I recently served on an NSF panel, and although I’m apparently not supposed to share the details of which panel and when, It seems like a good idea to share my experiences. I left feeling strangely comforted. Yes- funding rates are 5%, and this means that some very good science gets left unfunded.. But the process is fair, and for me I think there is less stochasticity in the process that I feared (though I know a few of my panelists would disagree with this assertion). You have great idea, you design appropriate experiments, have a significant amount of preliminary data, and have excellent grantsmanship skills and you have a pretty good chance.. LOL.. That seems totally doable.
OK, the process: First, this is a ton of work. I reviewed 15 proposals. I was assigned 4 that I was lead on, and 11 that I was secondary. I spent at least 1-3 hours in the week(s) leading up to the panel meeting with each proposal, though a few were obviously noncompetitive, and took less time. At the panel meeting, I synthesized all the reviews and came up with a consensus. This was reasonably challenging, as several proposals had both people that loved and hated it. My job as the primary reviewer was to decide where I thought the proposal should go (High, medium, low priority, or noncompetitive), then present this to the co-reviewers. I think it is at this stage where there is a potential for luck to be involved. You get lucky and have a lead reviewer that really loves the proposal— YES! This is not going to move a noncompetitive proposal to high priority, but from non to low.. from low to med, or med. to high.. this seems really possible and can make a HUGE difference.
I believe that serving on a panel as a young investigator REALLY will help my chances in landing a grand. Reading a bunch of awesome grants (and a few bad ones) really helped me to identify writing strategies that work. Further, working with the POs has to help. I’m no longer an anonymous PI, and this has to be important when they make tough funding decisions. One of the most important things I learned from this panel is how important the POs are- while the panel makes recommendations, the POs make the ultimate decisions and can choose to fund anything, even those placed in noncompetitive.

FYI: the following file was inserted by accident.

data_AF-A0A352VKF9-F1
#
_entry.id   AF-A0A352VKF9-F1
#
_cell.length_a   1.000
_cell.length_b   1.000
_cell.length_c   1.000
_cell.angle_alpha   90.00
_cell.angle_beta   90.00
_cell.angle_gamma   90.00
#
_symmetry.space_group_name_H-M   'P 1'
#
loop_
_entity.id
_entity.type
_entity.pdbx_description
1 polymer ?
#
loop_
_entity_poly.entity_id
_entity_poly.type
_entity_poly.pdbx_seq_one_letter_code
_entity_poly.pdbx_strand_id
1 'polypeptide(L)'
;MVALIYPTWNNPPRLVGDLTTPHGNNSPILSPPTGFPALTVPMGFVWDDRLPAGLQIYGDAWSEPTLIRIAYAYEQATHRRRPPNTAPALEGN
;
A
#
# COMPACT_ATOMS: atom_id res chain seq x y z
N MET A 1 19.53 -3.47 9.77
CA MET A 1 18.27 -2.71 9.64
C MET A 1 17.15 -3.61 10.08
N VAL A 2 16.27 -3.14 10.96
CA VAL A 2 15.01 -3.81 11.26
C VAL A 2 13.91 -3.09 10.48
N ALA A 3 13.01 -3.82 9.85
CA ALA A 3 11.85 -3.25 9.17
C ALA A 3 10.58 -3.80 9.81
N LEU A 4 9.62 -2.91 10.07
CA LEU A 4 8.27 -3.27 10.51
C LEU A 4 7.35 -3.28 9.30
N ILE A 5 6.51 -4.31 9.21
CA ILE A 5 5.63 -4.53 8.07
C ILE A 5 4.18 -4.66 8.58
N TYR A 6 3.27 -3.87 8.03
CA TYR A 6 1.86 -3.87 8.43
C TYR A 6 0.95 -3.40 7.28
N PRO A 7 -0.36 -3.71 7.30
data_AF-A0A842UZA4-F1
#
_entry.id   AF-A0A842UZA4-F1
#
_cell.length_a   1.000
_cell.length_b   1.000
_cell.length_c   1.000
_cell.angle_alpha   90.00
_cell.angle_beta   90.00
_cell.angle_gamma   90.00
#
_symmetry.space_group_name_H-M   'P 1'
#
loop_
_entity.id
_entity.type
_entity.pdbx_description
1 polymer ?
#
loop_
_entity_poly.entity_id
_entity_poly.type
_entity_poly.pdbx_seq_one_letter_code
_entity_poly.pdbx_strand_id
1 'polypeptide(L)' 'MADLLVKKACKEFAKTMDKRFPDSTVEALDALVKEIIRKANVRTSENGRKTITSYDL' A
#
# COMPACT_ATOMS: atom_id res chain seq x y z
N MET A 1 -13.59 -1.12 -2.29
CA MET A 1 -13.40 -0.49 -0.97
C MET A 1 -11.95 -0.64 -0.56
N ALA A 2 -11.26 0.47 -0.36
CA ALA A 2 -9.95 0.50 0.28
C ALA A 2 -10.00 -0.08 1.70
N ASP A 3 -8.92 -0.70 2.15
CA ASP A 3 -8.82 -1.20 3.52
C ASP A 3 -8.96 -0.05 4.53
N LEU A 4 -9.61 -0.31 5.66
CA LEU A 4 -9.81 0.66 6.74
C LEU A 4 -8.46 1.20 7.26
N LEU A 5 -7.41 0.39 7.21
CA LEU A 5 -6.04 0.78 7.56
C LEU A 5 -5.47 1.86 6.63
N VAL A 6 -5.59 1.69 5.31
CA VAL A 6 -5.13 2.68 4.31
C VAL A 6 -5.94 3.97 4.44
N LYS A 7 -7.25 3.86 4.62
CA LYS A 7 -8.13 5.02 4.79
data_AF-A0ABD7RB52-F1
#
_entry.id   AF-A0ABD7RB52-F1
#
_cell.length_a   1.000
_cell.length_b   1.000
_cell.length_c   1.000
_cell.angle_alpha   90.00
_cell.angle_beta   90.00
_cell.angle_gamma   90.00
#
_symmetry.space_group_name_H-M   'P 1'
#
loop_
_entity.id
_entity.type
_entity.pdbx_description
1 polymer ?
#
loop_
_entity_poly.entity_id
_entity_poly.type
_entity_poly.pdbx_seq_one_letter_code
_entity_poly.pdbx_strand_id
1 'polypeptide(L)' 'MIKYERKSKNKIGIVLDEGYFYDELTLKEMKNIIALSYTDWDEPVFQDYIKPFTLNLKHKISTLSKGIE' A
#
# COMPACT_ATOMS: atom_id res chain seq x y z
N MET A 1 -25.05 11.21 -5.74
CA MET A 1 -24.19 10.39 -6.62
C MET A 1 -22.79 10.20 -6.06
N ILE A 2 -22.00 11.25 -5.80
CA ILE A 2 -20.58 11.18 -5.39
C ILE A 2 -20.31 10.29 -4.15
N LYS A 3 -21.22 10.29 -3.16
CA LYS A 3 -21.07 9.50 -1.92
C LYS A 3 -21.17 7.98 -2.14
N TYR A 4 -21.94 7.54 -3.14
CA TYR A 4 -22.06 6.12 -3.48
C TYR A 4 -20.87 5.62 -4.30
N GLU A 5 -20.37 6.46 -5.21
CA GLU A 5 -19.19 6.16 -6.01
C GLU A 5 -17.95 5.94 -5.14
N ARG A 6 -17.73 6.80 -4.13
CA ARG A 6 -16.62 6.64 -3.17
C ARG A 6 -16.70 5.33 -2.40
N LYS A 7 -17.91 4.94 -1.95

A few specific points:
Data Management Plan: At the beginning, the PO’s said that it was time to take this review criterion ‘seriously’. I certainly did, and mentioned in my summary when data were not being shared openly. Still, I don’t think DM plan had much impact on the overall placement. It seems like a bad DM plan would never sink a proposal.
Broader Impacts: There is surprisingly quite a lot of variation in the BI of proposals. It seems that there are a group of proposal that incorporate very ordinary BIs.. and another group that has really novel BIs. Like above, while these were evaluated, I didn’t see a case where a wonderful scientific proposal was sunk by poor BIs.
FWIW, the best BIs I read included some education outreach. The panel (or maybe it as just me) seemed to be especially interested in those involving younger children. I personally liked it when BIs included local outreach. You study in some amazing place? Why not teach local citizens about it. This resonated with me and several of the other panel members.
Granstmanship: Insanely important.. I read a lot of proposals, and when your proposal was 11pt font, less-than-single-spaced with absolutely no whitespace.. I probably had trouble reading through your proposal. For me, I did not print proposals- so color figures, and hyperlinked refs really worked for me. Lastly, apparently almost nobody can make a clear (non-blurry) figure embedded in their document, so when a crisp figure (esp. in color) appeared, it really stood out.
Ok…..This post is getting long, and there is a lot more I want to say.. I’ll leave that for a another post. If people have specific questions, I’d be happy to try and answer.